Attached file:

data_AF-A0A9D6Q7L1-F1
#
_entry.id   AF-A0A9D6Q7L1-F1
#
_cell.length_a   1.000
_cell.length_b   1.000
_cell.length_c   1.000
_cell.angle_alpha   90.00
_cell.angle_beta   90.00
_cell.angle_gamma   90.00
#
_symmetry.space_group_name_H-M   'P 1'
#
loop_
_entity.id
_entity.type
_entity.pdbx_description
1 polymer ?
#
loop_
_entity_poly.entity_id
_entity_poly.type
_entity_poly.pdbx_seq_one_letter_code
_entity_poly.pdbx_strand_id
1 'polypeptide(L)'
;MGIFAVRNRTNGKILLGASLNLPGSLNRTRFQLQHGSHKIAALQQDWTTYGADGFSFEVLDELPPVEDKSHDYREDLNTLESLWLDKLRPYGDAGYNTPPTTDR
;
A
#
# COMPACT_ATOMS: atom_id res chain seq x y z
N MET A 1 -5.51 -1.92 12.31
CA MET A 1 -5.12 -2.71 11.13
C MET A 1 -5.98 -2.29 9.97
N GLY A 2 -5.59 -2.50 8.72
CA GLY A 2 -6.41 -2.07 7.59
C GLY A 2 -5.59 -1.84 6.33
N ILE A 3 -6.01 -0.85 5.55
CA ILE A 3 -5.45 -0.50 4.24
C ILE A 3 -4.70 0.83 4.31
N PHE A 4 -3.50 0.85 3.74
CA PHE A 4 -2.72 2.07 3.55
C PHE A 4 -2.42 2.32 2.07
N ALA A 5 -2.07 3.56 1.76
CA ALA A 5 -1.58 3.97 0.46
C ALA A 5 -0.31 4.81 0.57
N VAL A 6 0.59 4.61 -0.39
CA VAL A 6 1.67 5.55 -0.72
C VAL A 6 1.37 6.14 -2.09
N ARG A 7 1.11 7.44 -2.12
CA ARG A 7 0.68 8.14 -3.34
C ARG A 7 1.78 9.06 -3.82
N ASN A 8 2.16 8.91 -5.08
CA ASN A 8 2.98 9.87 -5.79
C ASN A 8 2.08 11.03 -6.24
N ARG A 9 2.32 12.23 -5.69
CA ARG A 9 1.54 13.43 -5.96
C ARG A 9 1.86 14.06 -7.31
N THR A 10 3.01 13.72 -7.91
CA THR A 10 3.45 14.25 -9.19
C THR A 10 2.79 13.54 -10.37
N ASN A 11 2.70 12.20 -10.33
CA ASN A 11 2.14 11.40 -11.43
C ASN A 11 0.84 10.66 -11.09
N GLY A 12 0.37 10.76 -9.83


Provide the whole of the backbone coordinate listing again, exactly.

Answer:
data_AF-A0A9D6Q7L1-F1
#
_entry.id   AF-A0A9D6Q7L1-F1
#
_cell.length_a   1.000
_cell.length_b   1.000
_cell.length_c   1.000
_cell.angle_alpha   90.00
_cell.angle_beta   90.00
_cell.angle_gamma   90.00
#
_symmetry.space_group_name_H-M   'P 1'
#
loop_
_entity.id
_entity.type
_entity.pdbx_description
1 polymer ?
#
loop_
_entity_poly.entity_id
_entity_poly.type
_entity_poly.pdbx_seq_one_letter_code
_entity_poly.pdbx_strand_id
1 'polypeptide(L)'
;MGIFAVRNRTNGKILLGASLNLPGSLNRTRFQLQHGSHKIAALQQDWTTYGADGFSFEVLDELPPVEDKSHDYREDLNTLESLWLDKLRPYGDAGYNTPPTTDR
;
A
#
# COMPACT_ATOMS: atom_id res chain seq x y z
N MET A 1 -5.51 -1.92 12.31
CA MET A 1 -5.12 -2.71 11.13
C MET A 1 -5.98 -2.29 9.97
N GLY A 2 -5.59 -2.50 8.72
CA GLY A 2 -6.41 -2.07 7.59
C GLY A 2 -5.59 -1.84 6.33
N ILE A 3 -6.01 -0.85 5.55
CA ILE A 3 -5.45 -0.50 4.24
C ILE A 3 -4.70 0.83 4.31
N PHE A 4 -3.50 0.85 3.74
CA PHE A 4 -2.72 2.07 3.55
C PHE A 4 -2.42 2.32 2.07
N ALA A 5 -2.07 3.56 1.76
CA ALA A 5 -1.58 3.97 0.46
C ALA A 5 -0.31 4.81 0.57
N VAL A 6 0.59 4.61 -0.39
CA VAL A 6 1.67 5.55 -0.72
C VAL A 6 1.37 6.14 -2.09
N ARG A 7 1.11 7.44 -2.12
CA ARG A 7 0.68 8.14 -3.34
C ARG A 7 1.78 9.06 -3.82
N ASN A 8 2.16 8.91 -5.08
CA ASN A 8 2.98 9.87 -5.79
C ASN A 8 2.08 11.03 -6.24
N ARG A 9 2.32 12.23 -5.69
CA ARG A 9 1.54 13.43 -5.96
C ARG A 9 1.86 14.06 -7.31
N THR A 10 3.01 13.72 -7.91
CA THR A 10 3.45 14.25 -9.19
C THR A 10 2.79 13.54 -10.37
N ASN A 11 2.70 12.20 -10.33
CA ASN A 11 2.14 11.40 -11.43
C ASN A 11 0.84 10.66 -11.09
N GLY A 12 0.37 10.76 -9.83